Research Papers on The Knight's Tale
Courtly love is a common theme in medieval literature and is certainly prolific throughout Chaucer’s story the Canterbury Tales. The most obvious example of courtly love in Chaucer’s works rests within the Knights Tale. Get help from Paper Masters in understanding the complicated themes throughout Chaucer's work.
According to previous research by Paper Masters, the Knights Tale contains the elements of chivalry, romanticism and virginity, the sum total equaling courtly love. Thus, within the scope of an examination of The Knight’s Tale, courtly love will be dissected for the elements of the following:
These elements are witnessed in the following characters of The Knight's Tale:
- Palamon - Palamon’s actions represent romanticism
- Arcite - Arcite’s actions are representative of chivalry
- Emelye - Emelye, as the object of Palamon’s and Arcite’s attraction, represents the common expectation for women prior to Chaucer’s time, virginity
The first element of courtly love is chivalry. Within the Knights Tale, Arcite is representative of chivalry in the dynamic of courtly love. In the traditional sense, chivalry brings to mind knights in shining armor, damsels in distress, and fair play. Arcite represents chivalry in his actions, such as prolonging the dual between Palamon and himself until he could bring armor for both knights. Chaucer sites fairness as an element of chivalry within The Knight’s Tale.
And certeinly a man hath moost honour 
To dyen in his excellence and flour,
When he is siker of his goode name;
Thanne hath he doon his freend, ne hym, no shame.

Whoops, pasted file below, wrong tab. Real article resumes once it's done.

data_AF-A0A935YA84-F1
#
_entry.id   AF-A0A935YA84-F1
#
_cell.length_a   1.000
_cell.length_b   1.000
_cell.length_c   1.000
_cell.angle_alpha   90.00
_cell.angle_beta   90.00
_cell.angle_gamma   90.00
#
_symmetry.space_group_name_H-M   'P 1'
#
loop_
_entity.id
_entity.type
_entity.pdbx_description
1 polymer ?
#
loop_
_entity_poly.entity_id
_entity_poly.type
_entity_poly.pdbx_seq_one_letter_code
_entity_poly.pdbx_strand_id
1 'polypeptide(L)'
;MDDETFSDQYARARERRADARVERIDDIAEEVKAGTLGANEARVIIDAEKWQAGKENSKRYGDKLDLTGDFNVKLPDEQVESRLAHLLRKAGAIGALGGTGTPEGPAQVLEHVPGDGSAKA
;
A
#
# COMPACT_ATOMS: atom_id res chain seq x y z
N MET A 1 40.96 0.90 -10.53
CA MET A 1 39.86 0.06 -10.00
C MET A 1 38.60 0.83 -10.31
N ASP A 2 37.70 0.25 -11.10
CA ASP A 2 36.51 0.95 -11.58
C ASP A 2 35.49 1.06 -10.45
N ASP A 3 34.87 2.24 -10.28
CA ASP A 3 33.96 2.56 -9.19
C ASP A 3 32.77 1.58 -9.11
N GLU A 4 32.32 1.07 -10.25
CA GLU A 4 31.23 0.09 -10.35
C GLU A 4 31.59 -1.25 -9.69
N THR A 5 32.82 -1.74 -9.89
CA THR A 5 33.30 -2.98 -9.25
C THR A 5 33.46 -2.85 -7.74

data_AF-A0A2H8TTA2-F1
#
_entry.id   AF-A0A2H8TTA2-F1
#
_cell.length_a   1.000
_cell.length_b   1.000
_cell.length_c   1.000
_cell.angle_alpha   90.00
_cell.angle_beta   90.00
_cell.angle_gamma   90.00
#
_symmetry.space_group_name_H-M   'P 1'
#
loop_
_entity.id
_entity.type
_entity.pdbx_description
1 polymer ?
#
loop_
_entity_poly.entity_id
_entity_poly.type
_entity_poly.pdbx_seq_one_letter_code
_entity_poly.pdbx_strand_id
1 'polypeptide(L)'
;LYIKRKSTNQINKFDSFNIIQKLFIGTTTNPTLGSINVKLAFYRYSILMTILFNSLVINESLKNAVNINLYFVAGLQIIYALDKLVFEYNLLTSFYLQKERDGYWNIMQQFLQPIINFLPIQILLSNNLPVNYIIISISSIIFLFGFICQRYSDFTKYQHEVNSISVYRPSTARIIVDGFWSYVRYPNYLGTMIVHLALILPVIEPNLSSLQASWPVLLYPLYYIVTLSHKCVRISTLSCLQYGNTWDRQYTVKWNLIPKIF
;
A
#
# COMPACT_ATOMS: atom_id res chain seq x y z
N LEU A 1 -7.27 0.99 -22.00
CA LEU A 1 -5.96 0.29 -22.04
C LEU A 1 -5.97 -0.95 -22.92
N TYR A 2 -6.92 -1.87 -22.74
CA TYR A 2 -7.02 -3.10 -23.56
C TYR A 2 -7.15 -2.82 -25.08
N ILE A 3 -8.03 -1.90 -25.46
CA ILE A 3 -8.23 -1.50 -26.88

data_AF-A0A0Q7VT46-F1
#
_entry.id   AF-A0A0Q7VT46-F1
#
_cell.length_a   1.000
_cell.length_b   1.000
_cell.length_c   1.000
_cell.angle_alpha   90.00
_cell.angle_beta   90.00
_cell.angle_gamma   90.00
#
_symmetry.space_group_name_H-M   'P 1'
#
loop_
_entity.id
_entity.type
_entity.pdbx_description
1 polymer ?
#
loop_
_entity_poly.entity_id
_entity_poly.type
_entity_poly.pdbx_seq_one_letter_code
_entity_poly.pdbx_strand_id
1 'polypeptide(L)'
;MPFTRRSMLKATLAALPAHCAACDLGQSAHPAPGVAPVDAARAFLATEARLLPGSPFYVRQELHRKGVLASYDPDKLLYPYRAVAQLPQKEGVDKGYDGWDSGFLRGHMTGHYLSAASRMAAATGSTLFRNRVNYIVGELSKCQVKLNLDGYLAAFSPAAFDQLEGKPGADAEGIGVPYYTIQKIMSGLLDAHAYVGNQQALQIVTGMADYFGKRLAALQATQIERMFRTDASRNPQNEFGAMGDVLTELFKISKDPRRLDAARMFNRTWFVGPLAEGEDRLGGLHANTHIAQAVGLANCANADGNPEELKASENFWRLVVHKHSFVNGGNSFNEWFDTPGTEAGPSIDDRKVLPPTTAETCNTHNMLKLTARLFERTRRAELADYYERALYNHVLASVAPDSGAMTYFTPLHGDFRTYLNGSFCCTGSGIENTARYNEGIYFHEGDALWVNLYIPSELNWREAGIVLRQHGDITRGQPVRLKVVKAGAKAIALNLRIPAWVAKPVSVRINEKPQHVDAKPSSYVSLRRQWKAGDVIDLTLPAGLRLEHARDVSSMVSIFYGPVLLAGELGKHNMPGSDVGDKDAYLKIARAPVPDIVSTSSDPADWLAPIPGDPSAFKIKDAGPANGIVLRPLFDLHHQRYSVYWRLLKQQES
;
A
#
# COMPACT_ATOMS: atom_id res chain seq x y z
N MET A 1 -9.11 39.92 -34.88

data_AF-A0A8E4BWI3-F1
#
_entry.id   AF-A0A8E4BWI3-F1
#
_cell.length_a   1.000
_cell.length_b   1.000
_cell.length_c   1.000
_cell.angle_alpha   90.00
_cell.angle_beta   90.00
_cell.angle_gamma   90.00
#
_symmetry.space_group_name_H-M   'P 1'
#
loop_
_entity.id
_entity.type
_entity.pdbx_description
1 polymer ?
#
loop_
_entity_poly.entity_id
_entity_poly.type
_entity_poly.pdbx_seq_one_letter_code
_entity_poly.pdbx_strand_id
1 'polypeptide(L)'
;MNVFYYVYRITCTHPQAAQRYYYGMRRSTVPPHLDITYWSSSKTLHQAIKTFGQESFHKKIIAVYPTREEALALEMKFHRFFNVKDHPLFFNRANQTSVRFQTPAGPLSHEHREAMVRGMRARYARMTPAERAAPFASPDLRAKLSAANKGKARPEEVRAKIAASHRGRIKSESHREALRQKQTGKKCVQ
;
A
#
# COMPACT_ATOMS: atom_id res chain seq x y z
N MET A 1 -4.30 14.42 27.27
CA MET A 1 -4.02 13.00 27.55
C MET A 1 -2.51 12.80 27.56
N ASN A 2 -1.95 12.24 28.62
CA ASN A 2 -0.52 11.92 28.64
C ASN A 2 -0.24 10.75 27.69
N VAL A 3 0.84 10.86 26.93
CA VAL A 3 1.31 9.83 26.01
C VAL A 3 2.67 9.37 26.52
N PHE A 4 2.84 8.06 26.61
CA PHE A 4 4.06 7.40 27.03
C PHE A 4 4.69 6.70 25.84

And gladder oghte his freend been of his deeth,
Whan with honour up yolden is his breeth,
Than whan his name appalled is for age,
For al forgeten is his vassellage.
Thanne is it best, as for a worthy fame,
To dyen whan that he is best of name.
Geoffrey Chaucer frequently displays keen interest in questions of female agency and responsibility by rendering his female characters at key moments in silences, deferred answers, absences, and unexpected submissiveness. The poets interest in these moments is not to portray these female figures as merely passive recipients either of the forces that construct women in texts, or of our own critical constructions. Rather, at these crucial junctures where the tale requires (but does not fully enable) us to construct an interpretation, the poet invites us to critically examine the ideological and social assumptions and limitations imposed on those figures and on the act of interpreting them itself.
An excellent approach to Chaucer's The Knight's Tale is to select three female characters whose agency, or lack of, hinges on measured or protracted silences. Are those silences indicative of personal moral strength (even virtue) in the face of adversity or a stark indication of the kinds of abuses endured by women and other subjects in social circumstances where male rule is the only legitimate authority? What role does gesture play in these silences? Is it possible for both men and women to rise up to their moral potential? Does gender or marriage complicate things for those who try?